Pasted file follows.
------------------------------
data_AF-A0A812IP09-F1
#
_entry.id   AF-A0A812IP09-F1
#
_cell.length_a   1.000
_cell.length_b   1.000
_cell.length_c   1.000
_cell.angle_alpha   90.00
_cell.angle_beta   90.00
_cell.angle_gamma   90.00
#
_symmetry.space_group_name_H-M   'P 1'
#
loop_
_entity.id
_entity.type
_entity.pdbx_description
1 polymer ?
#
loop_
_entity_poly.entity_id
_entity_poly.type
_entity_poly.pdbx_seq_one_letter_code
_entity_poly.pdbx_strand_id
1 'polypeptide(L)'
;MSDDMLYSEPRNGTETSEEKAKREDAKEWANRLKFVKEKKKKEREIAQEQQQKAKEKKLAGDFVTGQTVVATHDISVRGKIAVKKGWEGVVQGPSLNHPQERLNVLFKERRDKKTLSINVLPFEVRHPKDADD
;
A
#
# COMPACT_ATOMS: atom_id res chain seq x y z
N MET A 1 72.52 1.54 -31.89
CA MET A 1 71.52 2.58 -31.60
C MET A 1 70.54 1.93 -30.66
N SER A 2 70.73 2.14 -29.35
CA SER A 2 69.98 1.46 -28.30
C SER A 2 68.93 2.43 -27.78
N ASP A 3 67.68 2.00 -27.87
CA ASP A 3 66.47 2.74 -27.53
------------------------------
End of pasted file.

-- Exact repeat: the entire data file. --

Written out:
data_AF-A0A812IP09-F1
#
_entry.id   AF-A0A812IP09-F1
#
_cell.length_a   1.000
_cell.length_b   1.000
_cell.length_c   1.000
_cell.angle_alpha   90.00
_cell.angle_beta   90.00
_cell.angle_gamma   90.00
#
_symmetry.space_group_name_H-M   'P 1'
#
loop_
_entity.id
_entity.type
_entity.pdbx_description
1 polymer ?
#
loop_
_entity_poly.entity_id
_entity_poly.type
_entity_poly.pdbx_seq_one_letter_code
_entity_poly.pdbx_strand_id
1 'polypeptide(L)'
;MSDDMLYSEPRNGTETSEEKAKREDAKEWANRLKFVKEKKKKEREIAQEQQQKAKEKKLAGDFVTGQTVVATHDISVRGKIAVKKGWEGVVQGPSLNHPQERLNVLFKERRDKKTLSINVLPFEVRHPKDADD
;
A
#
# COMPACT_ATOMS: atom_id res chain seq x y z
N MET A 1 72.52 1.54 -31.89
CA MET A 1 71.52 2.58 -31.60
C MET A 1 70.54 1.93 -30.66
N SER A 2 70.73 2.14 -29.35
CA SER A 2 69.98 1.46 -28.30
C SER A 2 68.93 2.43 -27.78
N ASP A 3 67.68 2.00 -27.87
CA ASP A 3 66.47 2.74 -27.53